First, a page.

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Mary H. was attacked and robbed at home in the early hours of the morning. A jury found defendants Heaven Turner and Michael Rafferty guilty of first degree robbery; Turner was also found Turner guilty of mayhem. Defendants respectively raised several arguments on appeal. Turner argued the trial court prejudicially erred in failing to instruct the jury sua sponte that the infliction of great bodily injury is a required element to prove mayhem and that, like the disfigurement theory of mayhem, permanent injury was required to prove mayhem under the “slit of the lip” theory. In the published portion of its opinion, the Court of Appeal rejected Turner’s instructional error claims. In the unpublished portion of its opinion, the Court further rejected Turner’s arguments that: (1) defense counsel was ineffective for failing to request a modification of the mayhem instruction; (2) the prosecutor committed prosecutorial error during closing argument; (3) the prosecutorial error and the instructional error cumulatively violated her due process rights; (4) her sentence violates Penal Code1 section 654; and (5) the trial court erred in denying her request to admit her whole interview with a police officer under Evidence Code section 356. Also in the unpublished portion of its opinion, the Court rejected Rafferty’s contention that the trial court abused its discretion in denying his motion for mistrial and concluded he forfeited his joinder in Turner’s arguments. The case was remanded, however, for the trial court to consider exercising its discretion to strike Rafferty’s five-year enhancement under Penal Code section 667(a). View "California v. Turner" on Justia Law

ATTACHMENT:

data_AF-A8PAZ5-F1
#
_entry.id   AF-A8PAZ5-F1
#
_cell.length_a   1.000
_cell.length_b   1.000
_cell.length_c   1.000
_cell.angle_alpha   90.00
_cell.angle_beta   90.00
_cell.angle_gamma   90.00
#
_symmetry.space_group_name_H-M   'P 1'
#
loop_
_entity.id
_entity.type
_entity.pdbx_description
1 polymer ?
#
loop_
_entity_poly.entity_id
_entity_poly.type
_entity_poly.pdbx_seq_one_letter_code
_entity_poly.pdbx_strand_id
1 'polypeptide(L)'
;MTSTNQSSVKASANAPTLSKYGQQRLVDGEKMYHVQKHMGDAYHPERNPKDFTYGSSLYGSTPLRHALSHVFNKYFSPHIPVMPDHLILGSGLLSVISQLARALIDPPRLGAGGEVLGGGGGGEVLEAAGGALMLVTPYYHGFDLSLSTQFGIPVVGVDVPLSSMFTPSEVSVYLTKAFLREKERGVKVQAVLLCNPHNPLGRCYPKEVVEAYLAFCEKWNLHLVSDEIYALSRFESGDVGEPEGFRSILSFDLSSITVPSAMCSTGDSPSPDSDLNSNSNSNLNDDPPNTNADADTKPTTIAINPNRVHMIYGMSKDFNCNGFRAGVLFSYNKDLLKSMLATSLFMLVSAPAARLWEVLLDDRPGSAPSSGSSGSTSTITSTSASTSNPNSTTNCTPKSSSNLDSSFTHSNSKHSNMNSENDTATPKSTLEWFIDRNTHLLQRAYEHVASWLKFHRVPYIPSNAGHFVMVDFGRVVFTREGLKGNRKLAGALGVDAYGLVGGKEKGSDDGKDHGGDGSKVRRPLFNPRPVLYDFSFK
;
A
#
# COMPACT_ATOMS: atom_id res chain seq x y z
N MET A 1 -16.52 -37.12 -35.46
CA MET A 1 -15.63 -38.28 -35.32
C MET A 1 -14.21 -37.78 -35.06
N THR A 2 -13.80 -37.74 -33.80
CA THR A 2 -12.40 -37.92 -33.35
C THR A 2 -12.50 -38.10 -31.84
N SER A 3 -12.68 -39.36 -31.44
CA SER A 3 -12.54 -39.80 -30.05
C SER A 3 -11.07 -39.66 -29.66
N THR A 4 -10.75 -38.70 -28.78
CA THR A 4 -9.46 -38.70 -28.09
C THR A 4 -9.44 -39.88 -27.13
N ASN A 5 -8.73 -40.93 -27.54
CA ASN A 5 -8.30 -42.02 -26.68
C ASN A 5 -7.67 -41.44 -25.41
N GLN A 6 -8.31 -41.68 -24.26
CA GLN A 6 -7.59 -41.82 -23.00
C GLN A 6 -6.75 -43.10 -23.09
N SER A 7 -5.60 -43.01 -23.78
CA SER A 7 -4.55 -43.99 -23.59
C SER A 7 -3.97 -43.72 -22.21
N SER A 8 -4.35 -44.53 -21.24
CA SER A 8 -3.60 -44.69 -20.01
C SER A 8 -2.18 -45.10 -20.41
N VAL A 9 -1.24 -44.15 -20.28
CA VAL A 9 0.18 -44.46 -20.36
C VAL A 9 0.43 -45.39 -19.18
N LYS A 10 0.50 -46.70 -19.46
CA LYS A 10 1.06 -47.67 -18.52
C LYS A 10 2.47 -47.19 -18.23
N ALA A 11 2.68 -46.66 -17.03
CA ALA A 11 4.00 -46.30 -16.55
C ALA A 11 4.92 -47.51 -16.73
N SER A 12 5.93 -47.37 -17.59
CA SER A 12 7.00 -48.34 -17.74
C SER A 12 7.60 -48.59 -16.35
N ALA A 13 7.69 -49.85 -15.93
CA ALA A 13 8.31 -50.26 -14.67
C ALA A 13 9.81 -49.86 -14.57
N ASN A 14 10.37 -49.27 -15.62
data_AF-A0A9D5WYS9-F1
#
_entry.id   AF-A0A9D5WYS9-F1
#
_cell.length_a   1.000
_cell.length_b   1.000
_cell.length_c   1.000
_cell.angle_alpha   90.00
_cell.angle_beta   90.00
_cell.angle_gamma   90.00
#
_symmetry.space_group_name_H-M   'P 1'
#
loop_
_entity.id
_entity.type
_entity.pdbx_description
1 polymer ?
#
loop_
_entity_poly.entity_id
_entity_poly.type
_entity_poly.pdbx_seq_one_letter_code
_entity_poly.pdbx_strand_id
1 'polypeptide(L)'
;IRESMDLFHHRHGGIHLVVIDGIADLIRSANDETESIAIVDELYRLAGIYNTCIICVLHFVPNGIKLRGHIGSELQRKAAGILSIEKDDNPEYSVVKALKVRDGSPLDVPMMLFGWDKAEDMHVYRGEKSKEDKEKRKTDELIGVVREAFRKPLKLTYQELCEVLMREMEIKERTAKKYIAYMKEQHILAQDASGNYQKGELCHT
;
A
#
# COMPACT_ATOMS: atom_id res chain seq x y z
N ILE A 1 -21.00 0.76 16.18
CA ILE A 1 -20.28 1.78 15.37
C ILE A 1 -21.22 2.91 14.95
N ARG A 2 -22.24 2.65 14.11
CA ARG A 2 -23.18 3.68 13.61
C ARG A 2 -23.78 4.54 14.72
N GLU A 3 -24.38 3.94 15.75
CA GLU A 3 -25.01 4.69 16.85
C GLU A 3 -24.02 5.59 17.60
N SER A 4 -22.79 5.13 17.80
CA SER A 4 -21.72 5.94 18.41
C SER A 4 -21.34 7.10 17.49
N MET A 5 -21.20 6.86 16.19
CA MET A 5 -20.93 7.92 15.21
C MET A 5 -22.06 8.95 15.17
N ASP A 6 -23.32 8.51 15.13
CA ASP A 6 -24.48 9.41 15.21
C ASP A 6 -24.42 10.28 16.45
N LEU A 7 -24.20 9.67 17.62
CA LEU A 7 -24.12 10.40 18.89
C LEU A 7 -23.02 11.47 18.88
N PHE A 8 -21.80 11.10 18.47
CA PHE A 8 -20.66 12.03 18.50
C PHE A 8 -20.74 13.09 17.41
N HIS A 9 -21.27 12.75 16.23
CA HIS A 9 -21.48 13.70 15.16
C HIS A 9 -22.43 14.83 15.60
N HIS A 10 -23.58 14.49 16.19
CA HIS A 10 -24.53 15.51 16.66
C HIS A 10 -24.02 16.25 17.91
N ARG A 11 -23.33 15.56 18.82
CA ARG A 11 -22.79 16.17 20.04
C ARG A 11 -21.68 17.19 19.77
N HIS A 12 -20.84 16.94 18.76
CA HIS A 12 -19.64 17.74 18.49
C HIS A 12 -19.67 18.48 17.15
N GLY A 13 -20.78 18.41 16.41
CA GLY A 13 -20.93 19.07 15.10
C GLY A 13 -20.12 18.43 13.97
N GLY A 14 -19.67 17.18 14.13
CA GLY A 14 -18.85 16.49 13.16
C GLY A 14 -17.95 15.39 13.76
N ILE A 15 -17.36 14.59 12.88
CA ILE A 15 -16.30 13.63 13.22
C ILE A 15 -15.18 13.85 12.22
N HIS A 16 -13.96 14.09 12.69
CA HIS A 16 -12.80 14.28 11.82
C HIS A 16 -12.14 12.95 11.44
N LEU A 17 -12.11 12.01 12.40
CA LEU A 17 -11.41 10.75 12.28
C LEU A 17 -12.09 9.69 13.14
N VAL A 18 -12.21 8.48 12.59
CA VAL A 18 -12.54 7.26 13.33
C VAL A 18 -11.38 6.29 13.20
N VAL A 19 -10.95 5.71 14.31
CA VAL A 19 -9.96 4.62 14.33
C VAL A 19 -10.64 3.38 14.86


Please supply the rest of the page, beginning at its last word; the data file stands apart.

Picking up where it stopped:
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Health and Safety Code section 1418.8 concerns nursing home residents who lack the capacity to make their own health care decisions and are without family members or other legal surrogates. The superior court held that the statute, on its face, violates due process under the California Constitution by failing to require notice to residents of a physician’s predicate determinations that the patient lacks capacity, has no surrogate decision-maker, needs a recommended medical intervention, and has a right to judicial review; was never intended to authorize interdisciplinary team (IDT) decision-making for administration of antipsychotic medication, and violates due process, as applied, when used to authorize such drugs; and violates the patient’s privacy rights and is unconstitutional as applied to decisions regarding end of life withdrawal of care. The court of appeal reversed, construing the statute to uphold its constitutionality rather than enjoining its use, and directing the superior court to enter a modified judgment, requiring nursing homes to adopt additional procedures. Written and oral notice must be provided to every resident for whom section 1418.8 is invoked, of any determination of the resident’s incapacity; any determination that no surrogate decision-maker is available; any proposed medical intervention; the fact that a decision will be made by the IDT; the resident’s right to have a patient representative participate in IDT decision-making; and the resident’s right to judicial review of IDT decisions. Except in emergency circumstances, no medical treatment decision by an IDT on behalf of a resident may be implemented until the resident has been given a reasonable opportunity to seek judicial review. Except in emergency circumstances, every IDT must include a patient representative, and where the resident has no family or friend willing to serve, someone unaffiliated with the nursing home must serve as the patient representative. The IDT process may be used to authorize the administration of antipsychotic medications and for decisions to create or change physician orders for life-sustaining treatment, DNRs or comfort care orders, and to transfer patients to hospice care. View "California Advocates for Nursing Home Reform v. Smith" on Justia Law